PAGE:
Ugandans pay price for protest

Ugandan police have arrested the country’s two main opposition leaders after they attempted to lead a protest over rising prices.

Kizza Besigye and Norbert Mao, who were second and third behind President Yoweri Museveni in last month’s presidential poll, were detained separately in the capital Kampala on Monday morning, along with several other politicians. Opposition parties and civil society groups had called for the “walk to work” demonstration over the high cost of fuel and food.

Police banned the demonstration, claiming the real intention was to topple the government. Museveni, who has held power for 25 years, has already shown paranoia about Egypt-style protests, ordering a ban on text messages during the election that allude to the north African uprisings.

Besigye, who has been Museveni’s main challenger in the past three polls and has a history of scrapes with the security services, set off on foot from his home to his office before 8am on Monday morning, but was blocked by riot police on a road leading towards the city centre. Police used teargas to disperse a small group of protesters accompanying Besigye. After a two-hour standoff, he was forced into a police vehicle.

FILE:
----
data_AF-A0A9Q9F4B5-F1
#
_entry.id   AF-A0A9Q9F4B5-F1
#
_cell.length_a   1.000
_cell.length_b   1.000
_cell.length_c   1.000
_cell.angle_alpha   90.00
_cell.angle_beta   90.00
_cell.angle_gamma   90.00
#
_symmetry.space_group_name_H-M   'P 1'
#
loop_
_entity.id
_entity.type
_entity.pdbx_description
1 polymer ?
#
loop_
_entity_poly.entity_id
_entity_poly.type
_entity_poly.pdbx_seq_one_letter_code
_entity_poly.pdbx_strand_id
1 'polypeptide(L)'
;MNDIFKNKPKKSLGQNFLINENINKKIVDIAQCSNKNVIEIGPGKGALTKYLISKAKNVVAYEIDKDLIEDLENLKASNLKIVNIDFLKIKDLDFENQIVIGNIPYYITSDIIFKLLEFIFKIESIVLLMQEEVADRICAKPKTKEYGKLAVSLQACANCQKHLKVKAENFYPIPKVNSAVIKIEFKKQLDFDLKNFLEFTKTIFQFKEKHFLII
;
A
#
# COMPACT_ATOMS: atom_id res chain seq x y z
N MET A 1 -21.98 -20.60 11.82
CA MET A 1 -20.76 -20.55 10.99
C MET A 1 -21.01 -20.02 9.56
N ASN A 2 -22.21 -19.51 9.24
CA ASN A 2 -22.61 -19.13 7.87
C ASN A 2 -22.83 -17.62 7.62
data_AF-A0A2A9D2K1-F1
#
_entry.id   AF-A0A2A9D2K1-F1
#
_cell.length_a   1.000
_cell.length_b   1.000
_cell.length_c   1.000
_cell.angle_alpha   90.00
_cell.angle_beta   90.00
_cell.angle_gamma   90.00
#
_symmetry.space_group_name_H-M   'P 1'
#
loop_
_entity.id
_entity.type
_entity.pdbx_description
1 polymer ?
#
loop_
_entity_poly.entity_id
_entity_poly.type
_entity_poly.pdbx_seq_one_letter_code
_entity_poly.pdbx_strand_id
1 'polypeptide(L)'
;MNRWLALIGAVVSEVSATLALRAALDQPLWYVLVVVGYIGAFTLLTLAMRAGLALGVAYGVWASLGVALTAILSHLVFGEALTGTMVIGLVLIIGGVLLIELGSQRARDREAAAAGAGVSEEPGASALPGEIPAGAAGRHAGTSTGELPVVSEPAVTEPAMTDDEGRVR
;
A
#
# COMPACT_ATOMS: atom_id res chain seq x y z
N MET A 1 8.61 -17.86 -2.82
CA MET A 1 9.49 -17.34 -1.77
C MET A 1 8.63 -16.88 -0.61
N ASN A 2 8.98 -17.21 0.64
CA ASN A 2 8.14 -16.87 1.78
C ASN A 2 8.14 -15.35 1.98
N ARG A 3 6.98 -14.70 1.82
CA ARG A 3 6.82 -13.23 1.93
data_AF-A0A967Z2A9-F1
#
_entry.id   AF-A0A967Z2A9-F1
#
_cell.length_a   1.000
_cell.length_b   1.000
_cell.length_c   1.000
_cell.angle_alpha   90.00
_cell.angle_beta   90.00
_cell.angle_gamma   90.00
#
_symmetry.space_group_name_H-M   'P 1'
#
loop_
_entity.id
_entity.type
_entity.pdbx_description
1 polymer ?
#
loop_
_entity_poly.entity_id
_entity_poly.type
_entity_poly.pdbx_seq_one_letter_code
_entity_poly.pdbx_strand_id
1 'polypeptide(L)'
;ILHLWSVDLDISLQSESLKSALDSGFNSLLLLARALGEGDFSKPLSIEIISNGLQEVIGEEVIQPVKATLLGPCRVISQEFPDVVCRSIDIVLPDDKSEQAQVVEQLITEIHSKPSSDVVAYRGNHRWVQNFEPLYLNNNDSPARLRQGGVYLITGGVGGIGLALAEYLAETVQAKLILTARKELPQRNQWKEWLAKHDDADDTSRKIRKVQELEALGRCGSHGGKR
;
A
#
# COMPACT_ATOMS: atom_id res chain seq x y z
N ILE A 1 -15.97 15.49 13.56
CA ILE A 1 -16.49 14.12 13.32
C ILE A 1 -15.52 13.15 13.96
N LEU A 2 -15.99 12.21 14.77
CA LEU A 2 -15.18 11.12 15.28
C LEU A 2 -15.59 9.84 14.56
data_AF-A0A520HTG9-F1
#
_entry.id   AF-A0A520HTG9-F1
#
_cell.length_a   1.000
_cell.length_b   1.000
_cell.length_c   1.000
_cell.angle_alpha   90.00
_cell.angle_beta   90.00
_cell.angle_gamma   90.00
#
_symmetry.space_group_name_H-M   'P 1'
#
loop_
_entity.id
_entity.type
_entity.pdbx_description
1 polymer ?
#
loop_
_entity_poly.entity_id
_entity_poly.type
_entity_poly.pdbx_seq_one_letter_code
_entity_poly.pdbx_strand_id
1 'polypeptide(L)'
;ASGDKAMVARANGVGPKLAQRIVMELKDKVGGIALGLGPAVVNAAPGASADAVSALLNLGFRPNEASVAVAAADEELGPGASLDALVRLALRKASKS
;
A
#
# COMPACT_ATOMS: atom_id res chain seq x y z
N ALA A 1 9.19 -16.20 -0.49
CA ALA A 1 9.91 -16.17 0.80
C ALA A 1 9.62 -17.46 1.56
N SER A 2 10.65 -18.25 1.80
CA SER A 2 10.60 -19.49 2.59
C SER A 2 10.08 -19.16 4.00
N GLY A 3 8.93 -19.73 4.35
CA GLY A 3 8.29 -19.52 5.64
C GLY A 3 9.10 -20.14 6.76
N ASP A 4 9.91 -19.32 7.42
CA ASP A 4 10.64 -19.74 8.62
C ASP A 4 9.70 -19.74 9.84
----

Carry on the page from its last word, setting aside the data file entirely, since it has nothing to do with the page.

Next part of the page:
“We condemn this blatant abuse of human rights and use of violence on innocent people,” Besigye told Uganda’s KFM radio before he was taken away.

He was later taken to court and charged with inciting violence, which he denied. A judge ordered his release on bail.

Mao, who is regarded as a rising star of Ugandan politics, was arrested while walking in to work from Kampala’s Ntinda suburb. He was accompanied by about 100 unarmed demonstrators, who were also teargassed.

Oghwens Kisangala, a spokesman for Besigye’s party, Forum for Democratic Change, who took part in the demonstration, said it was difficult to understand the police action.

“Maybe they thought that if we reached the city centre, there would be thousands of people walking with the politicians,” he said, speaking by telephone from Kampala. “This speaks volumes about the state’s fear of an uprising.”

Both Besigye and Mao, who polled 26% and 2% respectively in the presidential election, claimed the poll was rigged. International observers noted widespread irregularities, including the massive abuse of state resources to fund Museveni’s campaign.

Besigye, who was Museveni’s personal doctor during the bush war that brought him to power and was detained on trumped-up charges before the 2005 poll, had threatened to call street protests after the results were announced in February, but never followed through.

Monday’s demonstration may have had broader appeal, given the rising cost of living. Inflation has been rising for five straight months, and now tops 11%. Food prices leapt 12% in March alone. — Guardian News & Media 2011

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